In India, where we have 1,200 (of the 17,000 globally) employees, we don’t have any domestic customers. We would at some point love to work with Bollywood when the budgets are large enough. What we wanted to do in India, and have succeeded in, is to build from scratch a world-class centre for animation and subsequently post-production, special effects and other areas. In the last three years, we have doubled our India numbers. We had a great experience recruiting, training and working with talented people here. When people think of the Madagascar movies, they think of it as an American product. No, it is not. Most of the movie was created here in Bangalore, India. Which is the reason why we are able to attract, train and retain the best talent because our artists are assured that they will work with A-grade movies, which are seen across the world.

You also supply set-top boxes (STB) to the likes of Tata Sky and Bharti Airtel. How do you effectively compete in the marketplace?
We have no profitability issues in the Indian context. It is a question of understanding what the market requires. We are very positive about our wins and relationships in the STB market in India. Three years ago we weren’t present here. This quarter, the India STB business will be the best ever. We are winning market share.  

It’s said that discs are dead and the likes of Netflix (which streams video content) is the future. Then why does Technicolor continue to sell discs?
Somebody seems to have forgotten to tell the end customer that DVDs and Blu-ray discs are dead (smiles). Discs are still a hugely profitable business for everybody, including us. The content on discs are also on video-on-demand, but they are not cannibalising our sales. Discs will become history. But till that happens, they will sell in millions. The market may not be growing, but it is profitable and throws up free cash.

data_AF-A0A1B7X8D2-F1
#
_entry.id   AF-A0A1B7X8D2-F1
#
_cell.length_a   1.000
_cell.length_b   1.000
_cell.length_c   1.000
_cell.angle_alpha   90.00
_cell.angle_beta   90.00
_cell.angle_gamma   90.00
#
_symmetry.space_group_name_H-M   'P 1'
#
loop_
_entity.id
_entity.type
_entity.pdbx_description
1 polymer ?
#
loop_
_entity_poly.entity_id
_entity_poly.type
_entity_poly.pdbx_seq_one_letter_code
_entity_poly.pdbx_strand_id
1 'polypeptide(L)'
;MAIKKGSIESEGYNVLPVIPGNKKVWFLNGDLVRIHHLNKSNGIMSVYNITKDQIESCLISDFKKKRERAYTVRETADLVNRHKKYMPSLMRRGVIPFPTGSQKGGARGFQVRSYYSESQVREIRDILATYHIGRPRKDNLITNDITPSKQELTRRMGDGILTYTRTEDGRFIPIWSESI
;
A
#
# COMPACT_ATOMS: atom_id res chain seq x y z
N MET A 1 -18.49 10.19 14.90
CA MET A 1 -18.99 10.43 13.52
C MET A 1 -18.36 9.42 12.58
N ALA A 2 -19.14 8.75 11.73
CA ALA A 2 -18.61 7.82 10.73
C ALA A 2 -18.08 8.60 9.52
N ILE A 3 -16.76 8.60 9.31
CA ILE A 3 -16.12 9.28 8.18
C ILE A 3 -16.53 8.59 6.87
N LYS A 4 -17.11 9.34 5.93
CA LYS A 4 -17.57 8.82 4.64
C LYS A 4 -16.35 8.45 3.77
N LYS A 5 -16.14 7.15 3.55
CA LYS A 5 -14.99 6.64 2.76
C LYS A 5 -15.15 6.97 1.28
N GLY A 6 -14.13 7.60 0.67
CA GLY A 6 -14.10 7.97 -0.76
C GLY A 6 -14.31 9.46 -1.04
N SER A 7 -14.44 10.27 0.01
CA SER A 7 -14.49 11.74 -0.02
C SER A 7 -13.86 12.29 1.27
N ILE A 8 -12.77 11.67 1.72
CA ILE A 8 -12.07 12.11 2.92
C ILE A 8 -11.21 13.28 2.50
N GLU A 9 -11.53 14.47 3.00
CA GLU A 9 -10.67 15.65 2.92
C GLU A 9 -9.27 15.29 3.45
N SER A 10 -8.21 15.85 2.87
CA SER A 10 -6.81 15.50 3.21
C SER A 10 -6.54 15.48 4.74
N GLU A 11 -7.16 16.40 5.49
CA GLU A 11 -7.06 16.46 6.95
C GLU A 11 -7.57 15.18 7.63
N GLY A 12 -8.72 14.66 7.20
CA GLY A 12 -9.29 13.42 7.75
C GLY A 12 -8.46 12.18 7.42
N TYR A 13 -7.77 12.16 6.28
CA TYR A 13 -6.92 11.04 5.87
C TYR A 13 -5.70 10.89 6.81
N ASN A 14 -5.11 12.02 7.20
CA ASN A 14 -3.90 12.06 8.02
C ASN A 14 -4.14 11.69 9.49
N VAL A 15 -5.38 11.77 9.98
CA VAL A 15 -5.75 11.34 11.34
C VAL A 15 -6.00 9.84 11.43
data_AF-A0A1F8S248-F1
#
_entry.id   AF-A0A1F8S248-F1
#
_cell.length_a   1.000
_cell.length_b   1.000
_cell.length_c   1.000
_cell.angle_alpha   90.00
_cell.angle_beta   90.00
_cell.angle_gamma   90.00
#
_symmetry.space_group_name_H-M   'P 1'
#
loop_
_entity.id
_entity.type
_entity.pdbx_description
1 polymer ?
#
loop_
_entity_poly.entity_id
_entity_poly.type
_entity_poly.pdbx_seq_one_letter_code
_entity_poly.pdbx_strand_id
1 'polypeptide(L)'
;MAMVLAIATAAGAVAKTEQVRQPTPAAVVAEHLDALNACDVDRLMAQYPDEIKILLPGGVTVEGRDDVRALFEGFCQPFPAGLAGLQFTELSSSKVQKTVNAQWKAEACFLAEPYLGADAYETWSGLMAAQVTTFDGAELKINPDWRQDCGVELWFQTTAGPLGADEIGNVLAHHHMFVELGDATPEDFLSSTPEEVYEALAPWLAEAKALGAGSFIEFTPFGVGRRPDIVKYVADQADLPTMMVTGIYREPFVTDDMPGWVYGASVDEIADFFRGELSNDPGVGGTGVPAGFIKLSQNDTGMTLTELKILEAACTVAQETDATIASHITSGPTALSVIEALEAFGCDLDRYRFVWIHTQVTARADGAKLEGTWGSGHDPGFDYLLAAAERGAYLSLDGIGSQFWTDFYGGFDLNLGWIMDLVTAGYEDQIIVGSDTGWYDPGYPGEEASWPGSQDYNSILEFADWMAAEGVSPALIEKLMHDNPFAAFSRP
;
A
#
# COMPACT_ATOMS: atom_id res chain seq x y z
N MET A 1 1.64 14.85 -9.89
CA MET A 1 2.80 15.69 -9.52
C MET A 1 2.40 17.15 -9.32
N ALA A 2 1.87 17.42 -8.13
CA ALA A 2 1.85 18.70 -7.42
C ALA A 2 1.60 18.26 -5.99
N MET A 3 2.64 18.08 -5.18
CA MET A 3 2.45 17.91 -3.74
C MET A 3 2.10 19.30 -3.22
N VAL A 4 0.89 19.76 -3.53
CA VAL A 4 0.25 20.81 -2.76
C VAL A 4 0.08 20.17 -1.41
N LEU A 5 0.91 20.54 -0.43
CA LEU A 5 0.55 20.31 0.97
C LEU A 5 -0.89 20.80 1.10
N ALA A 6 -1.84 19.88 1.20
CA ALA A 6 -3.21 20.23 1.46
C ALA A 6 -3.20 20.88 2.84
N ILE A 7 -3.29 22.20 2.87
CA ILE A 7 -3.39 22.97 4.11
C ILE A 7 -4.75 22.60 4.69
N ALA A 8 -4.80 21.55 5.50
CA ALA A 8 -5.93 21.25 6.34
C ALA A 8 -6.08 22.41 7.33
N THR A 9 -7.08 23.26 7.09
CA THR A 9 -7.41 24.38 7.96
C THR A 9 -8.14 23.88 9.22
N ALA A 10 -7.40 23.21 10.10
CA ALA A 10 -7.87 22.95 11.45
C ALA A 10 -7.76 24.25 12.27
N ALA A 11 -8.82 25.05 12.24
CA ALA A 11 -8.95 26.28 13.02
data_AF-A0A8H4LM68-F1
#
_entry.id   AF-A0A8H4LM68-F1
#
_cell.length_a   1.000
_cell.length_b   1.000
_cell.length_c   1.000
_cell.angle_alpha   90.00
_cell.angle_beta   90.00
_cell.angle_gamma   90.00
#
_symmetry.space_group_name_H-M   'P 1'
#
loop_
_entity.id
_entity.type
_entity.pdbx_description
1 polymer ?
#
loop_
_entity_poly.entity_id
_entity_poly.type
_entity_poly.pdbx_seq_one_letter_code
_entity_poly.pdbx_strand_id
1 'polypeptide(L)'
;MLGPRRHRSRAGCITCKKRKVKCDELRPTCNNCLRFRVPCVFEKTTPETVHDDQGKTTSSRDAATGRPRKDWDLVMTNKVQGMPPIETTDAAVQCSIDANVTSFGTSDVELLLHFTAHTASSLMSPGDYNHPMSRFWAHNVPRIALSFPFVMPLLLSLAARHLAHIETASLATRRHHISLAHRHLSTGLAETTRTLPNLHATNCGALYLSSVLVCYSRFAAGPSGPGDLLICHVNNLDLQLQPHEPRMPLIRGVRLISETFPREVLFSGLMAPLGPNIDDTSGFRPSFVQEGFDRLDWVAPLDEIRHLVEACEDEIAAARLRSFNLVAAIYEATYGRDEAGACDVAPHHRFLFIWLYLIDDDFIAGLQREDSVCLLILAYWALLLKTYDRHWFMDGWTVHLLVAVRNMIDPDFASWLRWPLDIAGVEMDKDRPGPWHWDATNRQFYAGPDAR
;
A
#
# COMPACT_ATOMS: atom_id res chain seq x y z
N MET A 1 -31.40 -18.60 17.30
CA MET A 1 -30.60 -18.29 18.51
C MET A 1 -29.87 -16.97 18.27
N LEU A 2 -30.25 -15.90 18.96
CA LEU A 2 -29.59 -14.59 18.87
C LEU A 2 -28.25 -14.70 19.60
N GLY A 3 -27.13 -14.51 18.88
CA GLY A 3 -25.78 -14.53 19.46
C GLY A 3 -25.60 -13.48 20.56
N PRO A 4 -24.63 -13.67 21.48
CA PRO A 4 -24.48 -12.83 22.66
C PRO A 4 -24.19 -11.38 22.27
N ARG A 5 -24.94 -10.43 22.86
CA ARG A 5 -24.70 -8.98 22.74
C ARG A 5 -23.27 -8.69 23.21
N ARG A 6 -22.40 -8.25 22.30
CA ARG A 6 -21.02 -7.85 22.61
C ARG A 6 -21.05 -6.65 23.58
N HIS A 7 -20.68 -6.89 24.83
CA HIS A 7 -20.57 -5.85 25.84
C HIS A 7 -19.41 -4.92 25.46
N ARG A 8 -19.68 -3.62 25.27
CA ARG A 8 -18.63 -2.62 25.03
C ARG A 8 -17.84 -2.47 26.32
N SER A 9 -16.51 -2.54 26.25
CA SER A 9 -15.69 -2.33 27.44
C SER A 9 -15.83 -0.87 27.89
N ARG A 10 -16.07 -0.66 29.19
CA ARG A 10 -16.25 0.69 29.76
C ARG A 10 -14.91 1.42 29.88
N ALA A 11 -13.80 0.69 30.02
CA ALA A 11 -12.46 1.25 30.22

What are the technologies of tomorrow that really excite you?
There is lot of work going on in areas like bringing 3D technology to life without glasses. We are not focusing on that. What we are focusing on is making audio three-dimensional in a home environment. We are selective about the innovations and inventions that we want to focus on. The one I am personally excited about is the video-on-demand platform which we are jointly launching with Dreamworks in the US next month, which we will eventually roll out across the globe. We are also working on a search and recommendation service, which we will launch shortly. 

Analysts feel that Technicolor is an example where the sum of the parts is supposed to be greater than the whole. Will you examine breaking up and selling the company in parts?
Fads come and go. Analysts might have their opinion. Just like the Internet bubble of 2000, there was a patent bubble in 2010 and 2011. While we are a listed company, my focus is on creating long-term value. The team and I are focused on building the innovations of tomorrow. India is a key part. This is not back-office work. This is completely export-related, world-class work for global customers. I am really excited by what we
are doing in India.

(This story was published in Businessworld Issue Dated 10-12-2012)